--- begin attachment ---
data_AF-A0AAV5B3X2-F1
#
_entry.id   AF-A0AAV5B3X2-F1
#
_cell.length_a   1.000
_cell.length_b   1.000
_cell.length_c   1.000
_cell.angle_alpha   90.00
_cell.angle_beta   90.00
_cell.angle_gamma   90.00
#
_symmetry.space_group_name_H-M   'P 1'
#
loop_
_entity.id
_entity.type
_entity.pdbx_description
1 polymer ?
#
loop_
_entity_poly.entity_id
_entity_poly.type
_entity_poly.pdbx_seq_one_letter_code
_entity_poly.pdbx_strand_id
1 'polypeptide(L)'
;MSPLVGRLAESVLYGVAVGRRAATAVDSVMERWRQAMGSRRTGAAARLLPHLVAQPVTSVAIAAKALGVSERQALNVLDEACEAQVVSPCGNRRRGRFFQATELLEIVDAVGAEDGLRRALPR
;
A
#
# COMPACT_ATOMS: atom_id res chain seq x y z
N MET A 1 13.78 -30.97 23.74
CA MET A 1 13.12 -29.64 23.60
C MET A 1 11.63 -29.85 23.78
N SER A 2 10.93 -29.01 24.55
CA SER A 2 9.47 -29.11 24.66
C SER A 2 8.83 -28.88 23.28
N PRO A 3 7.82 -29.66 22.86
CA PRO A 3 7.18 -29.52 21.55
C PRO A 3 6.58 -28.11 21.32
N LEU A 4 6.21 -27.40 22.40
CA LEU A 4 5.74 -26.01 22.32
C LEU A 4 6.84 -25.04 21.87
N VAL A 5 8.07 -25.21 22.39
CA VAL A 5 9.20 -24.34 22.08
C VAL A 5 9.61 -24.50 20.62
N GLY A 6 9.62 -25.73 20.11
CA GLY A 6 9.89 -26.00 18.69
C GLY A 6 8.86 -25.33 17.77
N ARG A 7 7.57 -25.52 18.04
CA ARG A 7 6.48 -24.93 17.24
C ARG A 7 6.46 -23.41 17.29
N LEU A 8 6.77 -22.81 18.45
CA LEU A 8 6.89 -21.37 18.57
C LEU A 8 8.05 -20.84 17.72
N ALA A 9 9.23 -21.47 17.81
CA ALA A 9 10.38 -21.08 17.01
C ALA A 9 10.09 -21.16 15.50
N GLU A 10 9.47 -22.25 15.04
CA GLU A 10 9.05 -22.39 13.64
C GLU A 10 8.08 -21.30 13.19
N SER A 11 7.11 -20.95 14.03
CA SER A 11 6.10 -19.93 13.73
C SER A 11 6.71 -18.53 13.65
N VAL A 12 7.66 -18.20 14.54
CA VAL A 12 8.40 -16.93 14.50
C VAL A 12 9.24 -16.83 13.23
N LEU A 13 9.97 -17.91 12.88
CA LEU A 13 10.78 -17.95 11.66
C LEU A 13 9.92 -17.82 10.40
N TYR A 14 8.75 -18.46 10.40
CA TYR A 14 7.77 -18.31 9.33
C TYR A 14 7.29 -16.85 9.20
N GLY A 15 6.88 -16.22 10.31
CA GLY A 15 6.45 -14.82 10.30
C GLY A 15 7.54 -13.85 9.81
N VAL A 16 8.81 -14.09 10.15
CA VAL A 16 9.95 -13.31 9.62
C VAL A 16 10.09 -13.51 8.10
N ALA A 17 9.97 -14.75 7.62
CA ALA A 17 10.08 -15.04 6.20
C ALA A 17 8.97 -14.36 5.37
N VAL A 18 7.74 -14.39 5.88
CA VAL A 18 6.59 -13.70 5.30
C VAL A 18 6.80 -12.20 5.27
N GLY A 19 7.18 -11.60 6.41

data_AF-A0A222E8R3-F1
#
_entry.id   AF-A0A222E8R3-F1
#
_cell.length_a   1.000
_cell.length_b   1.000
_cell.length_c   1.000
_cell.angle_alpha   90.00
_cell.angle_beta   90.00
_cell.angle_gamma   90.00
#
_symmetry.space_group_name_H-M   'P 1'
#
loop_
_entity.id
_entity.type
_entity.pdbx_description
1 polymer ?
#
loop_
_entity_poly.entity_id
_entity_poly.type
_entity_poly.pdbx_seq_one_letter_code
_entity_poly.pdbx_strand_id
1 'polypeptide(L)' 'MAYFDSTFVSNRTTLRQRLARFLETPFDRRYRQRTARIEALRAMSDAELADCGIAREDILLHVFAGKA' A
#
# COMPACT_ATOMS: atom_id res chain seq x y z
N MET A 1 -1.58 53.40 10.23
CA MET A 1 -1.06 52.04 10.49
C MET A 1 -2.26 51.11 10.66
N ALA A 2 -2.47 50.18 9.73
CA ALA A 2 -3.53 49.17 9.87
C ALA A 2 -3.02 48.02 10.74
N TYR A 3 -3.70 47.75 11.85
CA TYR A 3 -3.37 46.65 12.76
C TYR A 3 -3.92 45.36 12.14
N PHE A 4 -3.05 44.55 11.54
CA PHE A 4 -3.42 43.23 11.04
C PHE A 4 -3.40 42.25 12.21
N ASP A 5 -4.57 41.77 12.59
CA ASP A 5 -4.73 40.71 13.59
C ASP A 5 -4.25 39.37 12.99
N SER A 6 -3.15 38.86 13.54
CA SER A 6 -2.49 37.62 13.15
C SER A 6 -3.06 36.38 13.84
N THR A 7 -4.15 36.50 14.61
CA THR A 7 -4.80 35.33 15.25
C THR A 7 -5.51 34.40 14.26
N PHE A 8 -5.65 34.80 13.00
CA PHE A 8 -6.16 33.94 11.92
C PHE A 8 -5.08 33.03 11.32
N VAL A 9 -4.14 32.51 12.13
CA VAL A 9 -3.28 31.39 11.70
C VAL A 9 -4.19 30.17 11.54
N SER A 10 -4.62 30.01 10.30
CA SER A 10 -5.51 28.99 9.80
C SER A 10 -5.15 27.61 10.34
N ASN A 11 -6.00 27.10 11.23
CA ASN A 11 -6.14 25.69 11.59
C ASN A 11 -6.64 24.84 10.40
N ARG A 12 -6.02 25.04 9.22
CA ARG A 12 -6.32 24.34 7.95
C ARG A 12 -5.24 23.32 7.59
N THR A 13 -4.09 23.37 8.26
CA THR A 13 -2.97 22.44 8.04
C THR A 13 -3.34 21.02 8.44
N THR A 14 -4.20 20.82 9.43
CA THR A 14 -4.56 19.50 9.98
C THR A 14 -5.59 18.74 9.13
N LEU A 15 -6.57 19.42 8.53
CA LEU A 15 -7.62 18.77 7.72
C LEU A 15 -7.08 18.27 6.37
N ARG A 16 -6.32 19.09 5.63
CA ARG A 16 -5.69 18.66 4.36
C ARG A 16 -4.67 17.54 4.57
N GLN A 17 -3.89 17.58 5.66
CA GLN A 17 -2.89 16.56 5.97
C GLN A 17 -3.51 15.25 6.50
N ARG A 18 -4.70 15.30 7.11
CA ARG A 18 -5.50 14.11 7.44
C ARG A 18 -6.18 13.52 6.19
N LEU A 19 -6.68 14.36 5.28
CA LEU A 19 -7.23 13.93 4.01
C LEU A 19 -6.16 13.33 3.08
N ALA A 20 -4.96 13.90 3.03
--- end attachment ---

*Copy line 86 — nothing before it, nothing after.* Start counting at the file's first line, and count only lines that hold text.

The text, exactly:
data_AF-A0A222E8R3-F1